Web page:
Japan to expand age limit for special adoption system to cover children under 15


The Justice Ministry plans to expand the special adoption system to cover children under 15 years old, compared with the current basic age limit of under 6, Jiji Press learned Saturday.

The revision is aimed at helping children lacking proper care due to abuse, poverty and other reasons, according to informed sources. It will be the first time for the special adoption system to be revised since its introduction in 1988.

With the revision, the special adoption system will be available to elementary and junior high school students.

The Justice Ministry is also considering allowing the special adoption of children aged between 15 and 17 under some additional conditions, the sources said.

The ministry aims to submit related legislation, including a bill to revise the Civil Code, during the ordinary Diet session due to start on Jan. 28, after receiving recommendations on the issue from the Legislative Council.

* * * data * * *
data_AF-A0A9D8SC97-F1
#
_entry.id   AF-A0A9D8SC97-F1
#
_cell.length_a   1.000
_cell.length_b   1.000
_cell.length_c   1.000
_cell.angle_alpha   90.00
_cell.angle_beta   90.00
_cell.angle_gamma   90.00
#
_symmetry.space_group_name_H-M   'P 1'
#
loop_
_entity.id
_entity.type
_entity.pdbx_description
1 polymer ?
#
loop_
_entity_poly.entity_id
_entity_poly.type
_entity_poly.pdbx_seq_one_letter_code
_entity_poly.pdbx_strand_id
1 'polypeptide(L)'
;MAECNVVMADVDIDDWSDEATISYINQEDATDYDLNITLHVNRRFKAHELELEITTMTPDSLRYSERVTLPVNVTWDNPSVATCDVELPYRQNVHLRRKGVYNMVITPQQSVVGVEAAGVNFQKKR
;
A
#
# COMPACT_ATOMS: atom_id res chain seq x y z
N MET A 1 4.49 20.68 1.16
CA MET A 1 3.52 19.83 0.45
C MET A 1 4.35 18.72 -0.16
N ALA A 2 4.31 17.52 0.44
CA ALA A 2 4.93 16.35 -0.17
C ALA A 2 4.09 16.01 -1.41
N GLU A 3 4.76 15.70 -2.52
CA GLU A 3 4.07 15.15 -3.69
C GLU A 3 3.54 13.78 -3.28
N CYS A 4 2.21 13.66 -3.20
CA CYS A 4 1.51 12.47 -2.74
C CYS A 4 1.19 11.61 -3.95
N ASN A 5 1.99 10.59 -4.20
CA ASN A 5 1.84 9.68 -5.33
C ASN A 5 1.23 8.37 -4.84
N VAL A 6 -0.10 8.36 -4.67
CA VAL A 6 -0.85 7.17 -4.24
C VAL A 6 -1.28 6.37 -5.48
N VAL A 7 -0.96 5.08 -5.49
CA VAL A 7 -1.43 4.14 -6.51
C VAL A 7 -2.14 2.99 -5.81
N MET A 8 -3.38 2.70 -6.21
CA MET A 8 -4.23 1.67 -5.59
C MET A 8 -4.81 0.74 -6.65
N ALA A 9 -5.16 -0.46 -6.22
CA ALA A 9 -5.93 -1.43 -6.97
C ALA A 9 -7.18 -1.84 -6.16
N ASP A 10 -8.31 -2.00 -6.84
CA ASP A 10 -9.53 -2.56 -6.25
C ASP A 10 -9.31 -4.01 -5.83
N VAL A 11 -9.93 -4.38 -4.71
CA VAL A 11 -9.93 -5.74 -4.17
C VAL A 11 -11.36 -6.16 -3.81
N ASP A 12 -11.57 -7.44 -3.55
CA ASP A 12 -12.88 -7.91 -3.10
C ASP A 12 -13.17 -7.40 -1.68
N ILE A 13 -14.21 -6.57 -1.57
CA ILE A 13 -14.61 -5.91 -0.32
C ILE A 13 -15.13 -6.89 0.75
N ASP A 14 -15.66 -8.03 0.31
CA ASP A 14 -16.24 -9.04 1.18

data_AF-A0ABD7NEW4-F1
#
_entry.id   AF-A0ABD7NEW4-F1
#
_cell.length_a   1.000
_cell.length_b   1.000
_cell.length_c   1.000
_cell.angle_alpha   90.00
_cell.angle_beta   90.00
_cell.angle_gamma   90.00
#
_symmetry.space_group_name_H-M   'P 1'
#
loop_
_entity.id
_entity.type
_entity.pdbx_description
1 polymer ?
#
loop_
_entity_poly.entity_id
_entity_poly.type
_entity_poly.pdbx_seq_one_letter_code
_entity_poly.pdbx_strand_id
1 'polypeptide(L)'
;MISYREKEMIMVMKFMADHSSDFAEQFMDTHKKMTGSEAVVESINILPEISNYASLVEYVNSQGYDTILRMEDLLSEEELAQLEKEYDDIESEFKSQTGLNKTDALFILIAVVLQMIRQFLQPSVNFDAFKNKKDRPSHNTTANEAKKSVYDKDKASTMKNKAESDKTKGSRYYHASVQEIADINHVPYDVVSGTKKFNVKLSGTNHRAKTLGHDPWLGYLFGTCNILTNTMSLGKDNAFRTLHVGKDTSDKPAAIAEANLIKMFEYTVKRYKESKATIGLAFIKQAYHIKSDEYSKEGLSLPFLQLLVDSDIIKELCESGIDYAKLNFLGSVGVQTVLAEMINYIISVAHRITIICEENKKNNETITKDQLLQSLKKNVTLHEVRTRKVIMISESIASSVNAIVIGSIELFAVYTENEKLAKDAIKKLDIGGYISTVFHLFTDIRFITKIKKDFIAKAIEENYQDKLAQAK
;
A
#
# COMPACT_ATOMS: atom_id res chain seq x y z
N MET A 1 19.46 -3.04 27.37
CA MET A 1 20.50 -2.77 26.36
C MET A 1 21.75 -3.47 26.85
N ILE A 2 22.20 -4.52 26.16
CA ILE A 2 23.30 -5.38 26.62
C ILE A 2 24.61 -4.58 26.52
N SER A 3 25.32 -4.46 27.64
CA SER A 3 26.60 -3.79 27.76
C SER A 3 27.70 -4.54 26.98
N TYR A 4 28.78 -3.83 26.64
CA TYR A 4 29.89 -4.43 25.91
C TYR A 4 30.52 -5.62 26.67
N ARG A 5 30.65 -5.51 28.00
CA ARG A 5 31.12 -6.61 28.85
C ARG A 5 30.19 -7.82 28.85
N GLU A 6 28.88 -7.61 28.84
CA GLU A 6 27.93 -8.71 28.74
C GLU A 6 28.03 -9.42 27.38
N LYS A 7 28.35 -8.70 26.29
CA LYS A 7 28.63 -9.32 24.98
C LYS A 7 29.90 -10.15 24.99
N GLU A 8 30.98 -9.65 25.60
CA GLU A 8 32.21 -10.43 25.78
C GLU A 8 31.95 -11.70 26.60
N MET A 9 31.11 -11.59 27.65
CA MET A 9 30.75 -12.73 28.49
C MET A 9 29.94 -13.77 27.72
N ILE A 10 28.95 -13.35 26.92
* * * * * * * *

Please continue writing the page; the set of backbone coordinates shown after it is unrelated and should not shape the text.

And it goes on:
A subcommittee of the council has looked at several options for the adoption age limit and reached a conclusion that it is desirable to set the ceiling at under 15, as the Civil Code calls for respecting the will of people aged 15 or older.

The consent of children is not required under the current special adoption system, and the rule is expected to remain unchanged under the revised system.

Adoption under the special system terminates legal ties between adopted children and their biological parents.

The Legislative Council, at its meeting on Jan. 29, is slated to decide whether to support the exceptional adoption of children between 15 and 17, under the following conditions: that they agree to be adopted, have been living with those who would become their adoptive parents since before turning 15, and encountered circumstances that prevented their adoption filings by that age.

Under the existing system, adoption filings are submitted to family courts by those applying to become the adoptive parents. The prospective parents often feel mental stress if the birth parents do not agree to their children’s adoption.

To reduce their stress, the revised system would separate the court procedures for judging birth parents’ capacity to raise children from the matching of children with adoptive parents, the sources said.

The new system is also expected to allow the heads of child counseling centers to file for adoption.

Birth parents are currently allowed to retract their consent for adoption until a court ruling. But the planned system will give them only two weeks to withdraw consent, in a bid to help children and their new parents develop their relationships, the sources said.